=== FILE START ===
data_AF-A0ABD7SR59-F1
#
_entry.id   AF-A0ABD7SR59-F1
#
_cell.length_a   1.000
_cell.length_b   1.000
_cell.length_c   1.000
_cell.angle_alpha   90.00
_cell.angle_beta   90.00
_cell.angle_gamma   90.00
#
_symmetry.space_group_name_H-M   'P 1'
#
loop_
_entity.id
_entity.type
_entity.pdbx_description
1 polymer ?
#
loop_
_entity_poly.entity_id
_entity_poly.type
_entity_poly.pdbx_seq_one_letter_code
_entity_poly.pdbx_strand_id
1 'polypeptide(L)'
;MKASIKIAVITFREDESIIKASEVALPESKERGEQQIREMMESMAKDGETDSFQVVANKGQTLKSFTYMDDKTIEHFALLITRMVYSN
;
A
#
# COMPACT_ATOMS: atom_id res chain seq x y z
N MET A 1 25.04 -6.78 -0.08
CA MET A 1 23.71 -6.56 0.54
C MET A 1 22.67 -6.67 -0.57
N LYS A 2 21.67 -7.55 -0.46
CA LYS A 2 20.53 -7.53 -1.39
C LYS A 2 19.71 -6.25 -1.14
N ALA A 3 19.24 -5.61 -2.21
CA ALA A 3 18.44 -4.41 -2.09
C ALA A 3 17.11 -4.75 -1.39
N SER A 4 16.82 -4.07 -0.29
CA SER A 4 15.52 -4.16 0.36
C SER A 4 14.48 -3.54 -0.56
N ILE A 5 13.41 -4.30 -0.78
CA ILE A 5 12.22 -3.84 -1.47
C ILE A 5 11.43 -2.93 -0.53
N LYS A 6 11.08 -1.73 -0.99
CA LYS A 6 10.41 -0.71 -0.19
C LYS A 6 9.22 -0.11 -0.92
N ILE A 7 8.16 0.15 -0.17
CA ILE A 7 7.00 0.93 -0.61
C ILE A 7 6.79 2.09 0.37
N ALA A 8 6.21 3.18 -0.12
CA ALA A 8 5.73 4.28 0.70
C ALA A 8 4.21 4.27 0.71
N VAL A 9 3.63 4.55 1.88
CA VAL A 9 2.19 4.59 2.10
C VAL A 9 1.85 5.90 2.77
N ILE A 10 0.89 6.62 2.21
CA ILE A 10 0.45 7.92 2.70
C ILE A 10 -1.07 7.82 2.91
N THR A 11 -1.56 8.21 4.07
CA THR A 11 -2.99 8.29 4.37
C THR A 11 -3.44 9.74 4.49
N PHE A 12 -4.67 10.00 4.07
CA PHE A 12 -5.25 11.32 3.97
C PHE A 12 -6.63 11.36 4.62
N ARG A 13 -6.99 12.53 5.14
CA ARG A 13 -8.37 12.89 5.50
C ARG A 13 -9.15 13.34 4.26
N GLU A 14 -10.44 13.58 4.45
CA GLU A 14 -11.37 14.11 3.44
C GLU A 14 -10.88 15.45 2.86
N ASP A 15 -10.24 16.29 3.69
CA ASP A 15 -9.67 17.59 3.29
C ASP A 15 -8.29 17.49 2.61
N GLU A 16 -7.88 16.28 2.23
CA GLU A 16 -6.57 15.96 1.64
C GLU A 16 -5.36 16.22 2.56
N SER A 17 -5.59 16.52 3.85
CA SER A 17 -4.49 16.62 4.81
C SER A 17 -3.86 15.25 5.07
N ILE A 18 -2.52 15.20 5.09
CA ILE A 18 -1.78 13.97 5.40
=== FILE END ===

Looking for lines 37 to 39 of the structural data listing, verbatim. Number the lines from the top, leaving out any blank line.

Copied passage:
N ALA A 3 19.24 -5.61 -2.21
CA ALA A 3 18.44 -4.41 -2.09
C ALA A 3 17.11 -4.75 -1.39